Life

An island fighting for survival

February 5th, 2020 5:02 PM

By Emma Connolly

Cape Clear's 3 SQ Miles gin is going down well in what is a busy market. It's stocked in London tapas bar and there are plans to produce a pink version by Easter.

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Cape Clear has the distinction of being the country’s first and only island distillery currently producing gin, and with major expansion plans. But those involved in the project say it’s far more than just a drink – it’s about creating employment and attracting new people to the island to reverse population decline

CAPE Clear’s gin may have only recently hit the shelves but there are already plans to develop a pink version in time for Easter.

And the team behind 3 SQ Miles Gin say it’s more than just a drink but a symbol of community spirit and island resilience.

Niamh Ni Dhrisceoil, has been involved in the project since its inception six years ago in her role as Cathaoirleach (Chairperson) of Comharchumann Chléire Teo and in more recently as a private investor and brand ambassador.

She said: ‘Our USP is that we are Ireland's first and only island distillery. But for Oiléan Chléire, this is not just simply a gin, at a time when the islands of Ireland are fighting for survival, it is a symbol of resilience, it is a symbol of immense community spirit and it is a symbol of hope for the future.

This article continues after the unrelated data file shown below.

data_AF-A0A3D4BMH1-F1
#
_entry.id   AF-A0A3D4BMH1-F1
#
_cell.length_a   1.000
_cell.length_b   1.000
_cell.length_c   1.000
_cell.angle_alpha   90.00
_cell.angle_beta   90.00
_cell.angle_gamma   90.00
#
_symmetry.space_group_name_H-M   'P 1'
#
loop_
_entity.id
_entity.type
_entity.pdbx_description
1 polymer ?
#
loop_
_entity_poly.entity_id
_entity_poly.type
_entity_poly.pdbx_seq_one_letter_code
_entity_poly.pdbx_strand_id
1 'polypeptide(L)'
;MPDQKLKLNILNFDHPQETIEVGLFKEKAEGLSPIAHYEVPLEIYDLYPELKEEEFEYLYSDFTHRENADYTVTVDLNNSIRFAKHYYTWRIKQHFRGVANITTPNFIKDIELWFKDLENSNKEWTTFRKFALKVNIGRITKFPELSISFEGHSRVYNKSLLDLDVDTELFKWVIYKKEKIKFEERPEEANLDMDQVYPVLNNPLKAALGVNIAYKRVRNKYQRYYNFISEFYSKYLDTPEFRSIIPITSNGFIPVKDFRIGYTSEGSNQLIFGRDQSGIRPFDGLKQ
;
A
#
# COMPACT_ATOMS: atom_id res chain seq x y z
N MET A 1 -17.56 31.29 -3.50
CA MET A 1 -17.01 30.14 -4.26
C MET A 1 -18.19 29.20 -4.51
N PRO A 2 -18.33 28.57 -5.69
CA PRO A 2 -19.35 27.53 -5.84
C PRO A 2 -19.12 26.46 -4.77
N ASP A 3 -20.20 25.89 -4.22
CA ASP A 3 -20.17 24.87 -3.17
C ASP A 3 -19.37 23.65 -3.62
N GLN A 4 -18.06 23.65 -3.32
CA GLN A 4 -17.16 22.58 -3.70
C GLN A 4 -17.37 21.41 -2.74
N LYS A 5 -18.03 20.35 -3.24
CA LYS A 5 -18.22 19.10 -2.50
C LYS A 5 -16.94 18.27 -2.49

‘When people buy a glass or a bottle of 3 SQ Miles Gin, they won't just get a superior gin, they will also be helping to create employment opportunities on a small offshore island, they will be helping to attract new people to the island to live and work, and as a consequence they will be helping to save our small island primary school by hopefully increasing pupil numbers,’ said Niamh.

There’s been hugely positive feedback since the gin was launched at the end of last year and as well as being widely stocked in outlets locally, it’s also available in a London tapas bar.

Séamus ÓnDrisceoil and Niamh Ní Dhrisceoil, key figures in getting Cape Clear Distillery off the ground.

None of us involved in the project ever had a life long ambition to set up or run a distillery. We simply saw a fantastic opportunity to create employment and to attract new people to the island in order to reverse population decline, something that has been a serious issue for all the islands of Ireland in the past decade.

Niamh said that with a saturated and highly competitive gin market both nationally and internationally, they knew they had to produce something with an edge.

‘To this end a group of 3 people, Debbie, Stone Ger SURNAME and myself worked closely with gin developer Ruth Court over a period of six months, working diligently until the recipe was just right. When we thought we had finally achieved our goal, we gathered together a larger group of islanders to sample the recipe and provide invaluable feedback. This culminated in a really great gin that we are all very proud of and whose wild botanicals include fuchsia, honeysuckle and kelp seaweed, hand-foraged along the island's rocky seashore.’

Debbie, a retired teacher from Canada living on the island for 10 years had the idea of including kelp which Niamh said was a ‘game changer.’